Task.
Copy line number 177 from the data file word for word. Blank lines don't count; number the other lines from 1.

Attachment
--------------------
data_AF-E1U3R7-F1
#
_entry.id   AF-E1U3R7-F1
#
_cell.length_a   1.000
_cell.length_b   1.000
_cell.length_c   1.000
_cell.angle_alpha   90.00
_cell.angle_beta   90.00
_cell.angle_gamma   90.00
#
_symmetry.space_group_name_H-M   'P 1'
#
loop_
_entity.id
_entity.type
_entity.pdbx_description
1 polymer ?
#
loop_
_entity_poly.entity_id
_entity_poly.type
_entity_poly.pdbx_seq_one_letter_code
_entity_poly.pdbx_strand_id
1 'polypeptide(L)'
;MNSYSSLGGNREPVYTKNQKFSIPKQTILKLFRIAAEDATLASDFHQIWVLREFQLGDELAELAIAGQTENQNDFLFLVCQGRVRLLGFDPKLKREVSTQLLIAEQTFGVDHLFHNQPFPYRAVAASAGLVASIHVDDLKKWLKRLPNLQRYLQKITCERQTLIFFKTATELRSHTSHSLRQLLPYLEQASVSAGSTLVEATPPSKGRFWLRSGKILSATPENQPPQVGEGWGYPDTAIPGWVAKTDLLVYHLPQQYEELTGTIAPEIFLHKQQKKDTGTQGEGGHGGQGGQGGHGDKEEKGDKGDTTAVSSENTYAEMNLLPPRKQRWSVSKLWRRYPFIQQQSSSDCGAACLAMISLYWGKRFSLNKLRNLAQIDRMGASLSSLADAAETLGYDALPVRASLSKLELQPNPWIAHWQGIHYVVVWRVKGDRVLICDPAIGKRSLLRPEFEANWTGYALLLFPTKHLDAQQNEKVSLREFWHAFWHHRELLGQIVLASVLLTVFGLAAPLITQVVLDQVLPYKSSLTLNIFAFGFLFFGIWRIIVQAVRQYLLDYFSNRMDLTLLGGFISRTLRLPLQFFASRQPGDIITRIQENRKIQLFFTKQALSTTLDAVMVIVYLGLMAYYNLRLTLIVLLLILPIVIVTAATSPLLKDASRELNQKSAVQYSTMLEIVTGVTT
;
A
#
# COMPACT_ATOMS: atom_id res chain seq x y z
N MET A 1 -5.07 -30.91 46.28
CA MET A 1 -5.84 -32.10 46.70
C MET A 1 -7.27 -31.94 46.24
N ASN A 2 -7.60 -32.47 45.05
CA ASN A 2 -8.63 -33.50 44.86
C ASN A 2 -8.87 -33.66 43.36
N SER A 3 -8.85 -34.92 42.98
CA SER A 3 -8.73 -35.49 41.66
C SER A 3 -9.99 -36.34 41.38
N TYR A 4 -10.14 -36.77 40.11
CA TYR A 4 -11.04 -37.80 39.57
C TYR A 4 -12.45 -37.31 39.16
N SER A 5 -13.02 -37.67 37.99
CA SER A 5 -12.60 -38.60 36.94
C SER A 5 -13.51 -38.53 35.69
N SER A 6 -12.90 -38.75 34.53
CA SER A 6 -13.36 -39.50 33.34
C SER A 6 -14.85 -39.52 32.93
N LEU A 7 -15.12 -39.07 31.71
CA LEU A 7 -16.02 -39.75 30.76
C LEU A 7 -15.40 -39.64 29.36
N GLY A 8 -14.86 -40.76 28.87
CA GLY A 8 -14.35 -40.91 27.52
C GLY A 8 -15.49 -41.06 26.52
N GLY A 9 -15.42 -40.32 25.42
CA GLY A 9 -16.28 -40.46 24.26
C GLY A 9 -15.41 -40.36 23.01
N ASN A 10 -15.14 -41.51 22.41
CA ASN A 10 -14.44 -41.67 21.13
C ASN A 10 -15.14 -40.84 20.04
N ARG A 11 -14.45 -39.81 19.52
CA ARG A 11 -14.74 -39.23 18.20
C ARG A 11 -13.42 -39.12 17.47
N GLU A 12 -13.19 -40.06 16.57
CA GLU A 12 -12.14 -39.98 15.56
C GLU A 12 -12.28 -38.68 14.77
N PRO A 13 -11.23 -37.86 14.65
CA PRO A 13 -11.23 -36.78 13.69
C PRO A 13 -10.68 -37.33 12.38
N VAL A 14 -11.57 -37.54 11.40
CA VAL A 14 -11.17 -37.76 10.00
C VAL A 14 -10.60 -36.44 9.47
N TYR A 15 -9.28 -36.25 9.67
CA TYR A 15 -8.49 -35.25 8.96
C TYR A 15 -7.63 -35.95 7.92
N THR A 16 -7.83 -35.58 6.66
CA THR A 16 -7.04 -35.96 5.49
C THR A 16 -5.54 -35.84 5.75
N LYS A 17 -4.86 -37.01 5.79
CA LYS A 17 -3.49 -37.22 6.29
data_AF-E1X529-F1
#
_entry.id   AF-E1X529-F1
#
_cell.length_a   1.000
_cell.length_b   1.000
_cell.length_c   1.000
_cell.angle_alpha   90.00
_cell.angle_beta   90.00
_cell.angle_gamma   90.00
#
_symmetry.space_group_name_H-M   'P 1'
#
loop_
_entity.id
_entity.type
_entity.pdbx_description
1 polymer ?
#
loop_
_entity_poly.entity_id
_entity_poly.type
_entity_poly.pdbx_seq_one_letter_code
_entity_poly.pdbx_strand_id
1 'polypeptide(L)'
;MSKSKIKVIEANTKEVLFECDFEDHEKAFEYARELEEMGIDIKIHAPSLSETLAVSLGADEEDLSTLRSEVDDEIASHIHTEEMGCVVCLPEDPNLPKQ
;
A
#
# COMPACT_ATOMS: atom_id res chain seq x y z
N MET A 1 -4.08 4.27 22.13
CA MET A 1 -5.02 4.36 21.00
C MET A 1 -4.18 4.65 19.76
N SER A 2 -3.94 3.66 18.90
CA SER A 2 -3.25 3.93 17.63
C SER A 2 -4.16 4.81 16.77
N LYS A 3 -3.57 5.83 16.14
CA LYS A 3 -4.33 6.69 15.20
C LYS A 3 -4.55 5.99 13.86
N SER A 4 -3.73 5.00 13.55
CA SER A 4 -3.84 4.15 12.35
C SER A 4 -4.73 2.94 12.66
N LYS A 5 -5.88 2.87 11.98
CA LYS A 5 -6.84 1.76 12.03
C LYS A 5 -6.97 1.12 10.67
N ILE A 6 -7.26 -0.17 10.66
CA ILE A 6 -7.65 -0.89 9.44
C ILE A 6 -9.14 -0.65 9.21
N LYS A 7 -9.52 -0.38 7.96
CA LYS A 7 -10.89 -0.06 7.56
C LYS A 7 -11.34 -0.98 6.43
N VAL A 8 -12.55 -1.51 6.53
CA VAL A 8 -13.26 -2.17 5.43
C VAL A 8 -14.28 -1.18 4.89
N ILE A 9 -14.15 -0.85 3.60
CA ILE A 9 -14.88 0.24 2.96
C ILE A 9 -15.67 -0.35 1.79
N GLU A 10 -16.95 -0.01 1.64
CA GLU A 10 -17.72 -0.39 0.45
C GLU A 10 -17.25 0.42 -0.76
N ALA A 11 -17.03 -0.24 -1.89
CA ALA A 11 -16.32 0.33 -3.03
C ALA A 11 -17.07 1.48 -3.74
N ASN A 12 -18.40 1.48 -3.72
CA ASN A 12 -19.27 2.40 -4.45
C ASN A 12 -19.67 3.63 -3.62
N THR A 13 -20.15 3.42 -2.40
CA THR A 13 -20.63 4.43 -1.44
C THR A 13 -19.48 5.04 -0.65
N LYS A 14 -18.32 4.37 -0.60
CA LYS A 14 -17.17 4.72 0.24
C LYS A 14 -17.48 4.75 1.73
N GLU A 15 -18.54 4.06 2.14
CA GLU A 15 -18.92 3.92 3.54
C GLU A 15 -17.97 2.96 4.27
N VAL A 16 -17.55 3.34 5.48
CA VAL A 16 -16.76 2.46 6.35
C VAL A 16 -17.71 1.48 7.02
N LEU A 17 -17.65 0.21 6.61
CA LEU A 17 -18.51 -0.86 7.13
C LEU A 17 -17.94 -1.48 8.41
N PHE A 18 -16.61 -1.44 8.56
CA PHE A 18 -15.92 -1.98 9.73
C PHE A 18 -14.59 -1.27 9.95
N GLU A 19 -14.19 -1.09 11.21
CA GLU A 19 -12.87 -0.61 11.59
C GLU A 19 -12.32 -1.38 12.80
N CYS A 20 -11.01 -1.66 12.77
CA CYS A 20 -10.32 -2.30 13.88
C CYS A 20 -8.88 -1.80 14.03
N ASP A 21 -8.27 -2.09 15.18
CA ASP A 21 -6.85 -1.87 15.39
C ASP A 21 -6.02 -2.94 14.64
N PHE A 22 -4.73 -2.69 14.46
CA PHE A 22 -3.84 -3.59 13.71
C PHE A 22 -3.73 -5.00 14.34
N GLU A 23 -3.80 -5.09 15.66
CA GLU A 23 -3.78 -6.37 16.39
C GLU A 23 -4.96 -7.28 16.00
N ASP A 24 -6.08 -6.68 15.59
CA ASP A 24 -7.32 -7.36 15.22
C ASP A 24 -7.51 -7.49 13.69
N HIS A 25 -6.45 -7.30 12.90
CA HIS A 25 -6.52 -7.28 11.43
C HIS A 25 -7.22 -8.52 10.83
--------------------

N GLU A 23 -3.80 -5.09 15.66